BOZICH: Wichita State Has Celebrated The Season Kentucky Wanted - WDRB 41 Louisville News

BOZICH: Wichita State Has Celebrated The Season Kentucky Wanted

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Four Kentucky players discussed the Wildcats NCAA Tournament game against Wichita State. Four Kentucky players discussed the Wildcats NCAA Tournament game against Wichita State.

ST. LOUIS (WDRB) – Let's begin with the fun stuff because even though by 2:45 p.m. Sunday everybody will be hyperventilating over this Kentucky-Wichita State basketball game, this should be as much fun as anything on the NCAA Tournament bracket.

Ask CBS lead announcer Jim Nantz. He told me Saturday that as soon as he saw a potential Kentucky-Wichita State game he knew that was one he wanted to call.

But before we get to the matchups, we have to deal with the grudge. Both teams are convinced you don't really love them, America.

I asked four Wichita State basketball players if they ever heard a peep from Kentucky during the recruiting process.

"No," Ron Baker said.

"No, sir," said Tekele Cotton.

"No, I wasn't either," said Darius Carter.

Nick Wiggins, a Wichita State reserve, is the older brother of Andrew Wiggins, the guy that Kentucky coach John Calipari wanted to be the seventh McDonald's all-American in his freshman class. Surely, Wiggins received at least as e-mail or text message, simply so the Wildcats could stay on the good side of his little brother.

"Never heard from them," Wiggins said.

You never even picked up the phone when they were calling for Andrew?

"Nothing," he said. "They don't recruit guys like us. We're nitty-gritty guys, man."

Wiggins believes that America wants the Shockers to tumble out of the bracket so the name programs can command the spotlight.

"America is waiting for us to slip up," Wiggins said. "They've been waiting for us to slip up all year. We use that as motivation. We're a hungry team. In this game, we still feel like it's us in black and yellow against the world."

So if you're playing the disrespect game, a game that the second-ranked Shockers love, score one for Wichita State. The Shockers' cry for respect is in plain view around this town. They cut a deal to have seven billboards promoting their basketball team around St. Louis, including one that can be seen from outside the Scottrade Center.

But you also need to understand the rest of the story. Disrespected Wichita State is actually greatly respected by the sharpies in Las Vegas because the Shockers are favored by four points. Nate Silver of the 538 blog predicts Wichita State to advance. Ken Pomeroy's computer formula agrees.

Wichita State is actually everything that Kentucky was supposed to be – unbeaten,  seeded first in the Midwest Regional, one of the top stories in this NCAA Tournament.

The Shockers are also everything that this Kentucky team wants to be – admired for their selfless play, feared for their barbed wire defense, applauded for the consistency of their performance while winning their first 35 games.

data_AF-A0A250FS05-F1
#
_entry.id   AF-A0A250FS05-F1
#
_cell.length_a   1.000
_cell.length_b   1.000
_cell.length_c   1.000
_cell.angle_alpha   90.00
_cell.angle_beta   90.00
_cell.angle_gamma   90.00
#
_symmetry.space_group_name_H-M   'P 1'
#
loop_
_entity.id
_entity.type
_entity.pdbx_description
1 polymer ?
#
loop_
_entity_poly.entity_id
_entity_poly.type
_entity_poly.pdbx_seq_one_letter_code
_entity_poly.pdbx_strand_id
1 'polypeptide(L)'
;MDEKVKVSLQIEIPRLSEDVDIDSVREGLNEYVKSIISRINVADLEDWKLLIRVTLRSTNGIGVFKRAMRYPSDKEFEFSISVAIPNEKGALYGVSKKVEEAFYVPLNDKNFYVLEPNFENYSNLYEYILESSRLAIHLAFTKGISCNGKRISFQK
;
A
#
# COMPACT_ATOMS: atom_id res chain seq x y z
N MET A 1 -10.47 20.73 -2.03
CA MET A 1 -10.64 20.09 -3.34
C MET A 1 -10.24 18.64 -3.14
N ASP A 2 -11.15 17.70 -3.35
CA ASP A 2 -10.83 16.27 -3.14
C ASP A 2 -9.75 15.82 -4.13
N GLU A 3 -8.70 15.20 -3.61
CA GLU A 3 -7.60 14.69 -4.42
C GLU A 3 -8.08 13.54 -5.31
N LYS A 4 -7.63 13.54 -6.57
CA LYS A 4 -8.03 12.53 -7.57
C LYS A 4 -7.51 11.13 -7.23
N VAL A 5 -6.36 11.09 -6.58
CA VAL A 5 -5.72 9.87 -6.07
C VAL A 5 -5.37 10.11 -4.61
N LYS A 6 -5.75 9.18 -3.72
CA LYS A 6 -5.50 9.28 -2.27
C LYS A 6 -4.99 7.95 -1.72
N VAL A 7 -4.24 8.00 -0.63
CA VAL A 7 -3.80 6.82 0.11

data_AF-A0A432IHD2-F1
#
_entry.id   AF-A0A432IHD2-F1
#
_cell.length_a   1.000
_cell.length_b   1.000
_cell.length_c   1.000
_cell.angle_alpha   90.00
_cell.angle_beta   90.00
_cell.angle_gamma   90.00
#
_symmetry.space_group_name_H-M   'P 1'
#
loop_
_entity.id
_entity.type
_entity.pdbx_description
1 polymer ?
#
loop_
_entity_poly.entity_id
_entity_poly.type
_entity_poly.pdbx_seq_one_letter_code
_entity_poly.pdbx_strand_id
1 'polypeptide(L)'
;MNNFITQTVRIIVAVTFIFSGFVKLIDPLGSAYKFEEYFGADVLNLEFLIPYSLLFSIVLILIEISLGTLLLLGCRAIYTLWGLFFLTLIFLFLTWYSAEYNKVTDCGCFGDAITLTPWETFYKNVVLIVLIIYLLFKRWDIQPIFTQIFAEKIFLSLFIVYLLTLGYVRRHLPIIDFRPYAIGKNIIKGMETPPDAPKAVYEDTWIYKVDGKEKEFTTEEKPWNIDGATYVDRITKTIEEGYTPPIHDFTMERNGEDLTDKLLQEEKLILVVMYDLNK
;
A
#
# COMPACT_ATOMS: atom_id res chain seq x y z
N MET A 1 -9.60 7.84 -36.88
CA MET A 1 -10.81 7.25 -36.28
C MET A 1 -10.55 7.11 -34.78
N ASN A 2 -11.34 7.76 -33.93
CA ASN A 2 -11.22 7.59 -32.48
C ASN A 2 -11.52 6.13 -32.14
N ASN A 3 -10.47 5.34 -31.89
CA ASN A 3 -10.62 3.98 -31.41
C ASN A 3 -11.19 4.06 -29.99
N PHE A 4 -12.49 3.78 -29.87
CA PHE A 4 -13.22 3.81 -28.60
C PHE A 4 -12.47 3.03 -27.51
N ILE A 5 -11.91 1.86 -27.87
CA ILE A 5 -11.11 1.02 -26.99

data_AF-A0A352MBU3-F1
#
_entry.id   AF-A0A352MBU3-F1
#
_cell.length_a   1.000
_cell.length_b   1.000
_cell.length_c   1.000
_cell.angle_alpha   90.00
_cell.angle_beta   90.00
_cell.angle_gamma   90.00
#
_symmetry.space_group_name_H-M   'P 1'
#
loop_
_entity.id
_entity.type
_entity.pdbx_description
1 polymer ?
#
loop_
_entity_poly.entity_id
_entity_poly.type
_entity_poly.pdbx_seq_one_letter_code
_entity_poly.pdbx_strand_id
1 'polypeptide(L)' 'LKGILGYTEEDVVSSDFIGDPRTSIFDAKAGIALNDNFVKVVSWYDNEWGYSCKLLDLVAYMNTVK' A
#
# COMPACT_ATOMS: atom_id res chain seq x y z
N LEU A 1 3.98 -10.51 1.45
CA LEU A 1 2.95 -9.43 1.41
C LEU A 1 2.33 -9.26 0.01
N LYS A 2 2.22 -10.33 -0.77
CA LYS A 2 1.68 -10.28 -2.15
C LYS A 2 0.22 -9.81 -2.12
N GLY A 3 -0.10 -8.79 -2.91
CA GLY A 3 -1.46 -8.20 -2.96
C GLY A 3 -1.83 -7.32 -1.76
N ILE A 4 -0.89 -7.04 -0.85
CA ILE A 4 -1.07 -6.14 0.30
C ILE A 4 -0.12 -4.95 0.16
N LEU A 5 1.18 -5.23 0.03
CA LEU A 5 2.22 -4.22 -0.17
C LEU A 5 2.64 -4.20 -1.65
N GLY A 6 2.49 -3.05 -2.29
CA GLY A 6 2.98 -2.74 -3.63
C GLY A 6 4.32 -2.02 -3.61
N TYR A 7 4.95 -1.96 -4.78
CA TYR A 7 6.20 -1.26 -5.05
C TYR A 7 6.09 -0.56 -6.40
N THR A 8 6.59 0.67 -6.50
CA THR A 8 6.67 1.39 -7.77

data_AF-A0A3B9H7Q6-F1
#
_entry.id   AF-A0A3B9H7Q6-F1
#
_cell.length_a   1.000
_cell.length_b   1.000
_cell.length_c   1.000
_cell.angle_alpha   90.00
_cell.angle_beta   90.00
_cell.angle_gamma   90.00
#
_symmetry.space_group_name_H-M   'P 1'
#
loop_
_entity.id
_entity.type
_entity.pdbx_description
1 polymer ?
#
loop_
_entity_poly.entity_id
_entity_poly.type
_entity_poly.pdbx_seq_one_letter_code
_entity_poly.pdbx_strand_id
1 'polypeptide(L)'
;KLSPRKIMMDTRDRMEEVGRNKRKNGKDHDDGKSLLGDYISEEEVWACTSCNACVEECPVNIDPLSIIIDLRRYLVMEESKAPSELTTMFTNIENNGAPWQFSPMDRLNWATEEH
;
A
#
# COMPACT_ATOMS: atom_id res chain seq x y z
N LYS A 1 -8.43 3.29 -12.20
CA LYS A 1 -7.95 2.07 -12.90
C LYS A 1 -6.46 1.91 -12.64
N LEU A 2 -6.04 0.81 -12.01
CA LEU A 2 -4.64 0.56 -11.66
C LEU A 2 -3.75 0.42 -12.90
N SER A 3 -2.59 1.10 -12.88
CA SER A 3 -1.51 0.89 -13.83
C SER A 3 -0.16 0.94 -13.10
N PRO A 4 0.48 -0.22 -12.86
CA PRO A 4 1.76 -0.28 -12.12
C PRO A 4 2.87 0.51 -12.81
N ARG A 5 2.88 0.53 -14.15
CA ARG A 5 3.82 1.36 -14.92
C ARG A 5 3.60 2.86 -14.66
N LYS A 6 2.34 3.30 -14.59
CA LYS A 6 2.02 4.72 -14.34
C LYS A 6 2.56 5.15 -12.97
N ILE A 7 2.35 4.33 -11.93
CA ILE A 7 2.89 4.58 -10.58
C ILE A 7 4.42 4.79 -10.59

So there's some disrespect to stir up inside the Wildcats' locker room, too.

"We're just trying to play to the best of our ability and just play hard," Kentucky center Willie Cauley-Stein said. "You know, our Kryptonite is playing hard.

"Wichita State has a bunch of swagger right now going into this game, being undefeated and being as good as they are offensively and defensively."

Score one for Kentucky, too. Most people believe this team has overpromised and under-delivered. Ten losses used to make people howl at Tubby Smith or Billy Gillispie.

If the Wildcats think they're disrespected today, I can't imagine their reaction to what people will say about them if they don't advance to the Sweet Sixteen in Indianapolis, where Louisville awaits.

Both teams can and will play the disrespect card.

But here is what is more important: How will they play the basketball game?

That is a tougher call than usual because UK coach John Calipari remains uncertain about which player he will be able to feature at point guard.

There is tremendous uncertainty about the availability and effectiveness of Andrew Harrison, Kentucky's point guard. He injured his right elbow late in the Wildcats' victory over Kansas State Friday night. Although Harrison said he would try to play, he did not say it like a guy who was convinced he would be able to deliver his usual assertive game, not with an injury to his strong-side arm.

"What if he is 70 percent and I see it?" Calipari said. "And I just say, ‘We can't win with a guy at 70 percent, we're going to have to play without you.' "

If that happens, I expect to see Aaron Harrison at point guard and more minutes for Alex Poythress and Jarrod Polson

Here is the edge for Kentucky: Wichita State has not played many guys with the power of Julius Randle or the looming defensive presence of Cauley-Stein. There are not any players like that in the Missouri Valley Conference, the league that Wichita State dominated.

Kansas State coach Bruce Weber has seen both teams and told me that Wichita State will have to make three-point shots to win the game. The Shockers have four guys who can do that.

What they do with Randle is another question.

Here is the issue for Kentucky: Wichita State truly believes it has better guards – no matter if Kentucky plays Andrew Harrison, Brandon Knight, John Wall or Kyle Macy.

Marshall plays a three-guard set. Fred VanVleet is the ball-handler, leader. Cotton is the defender, enforcer. Baker is the shooter, X-factor. Baker agrees that the Wichita guards must deliver.

"If you watched the K-State game last night, they had some wide open looks throughout the game," Baker said. "That's something we talked about in film today. Once you get your open look, you've got to knock it in."

Should be fun. One team will grab the respect it is allegedly pursuing. The other will go home.

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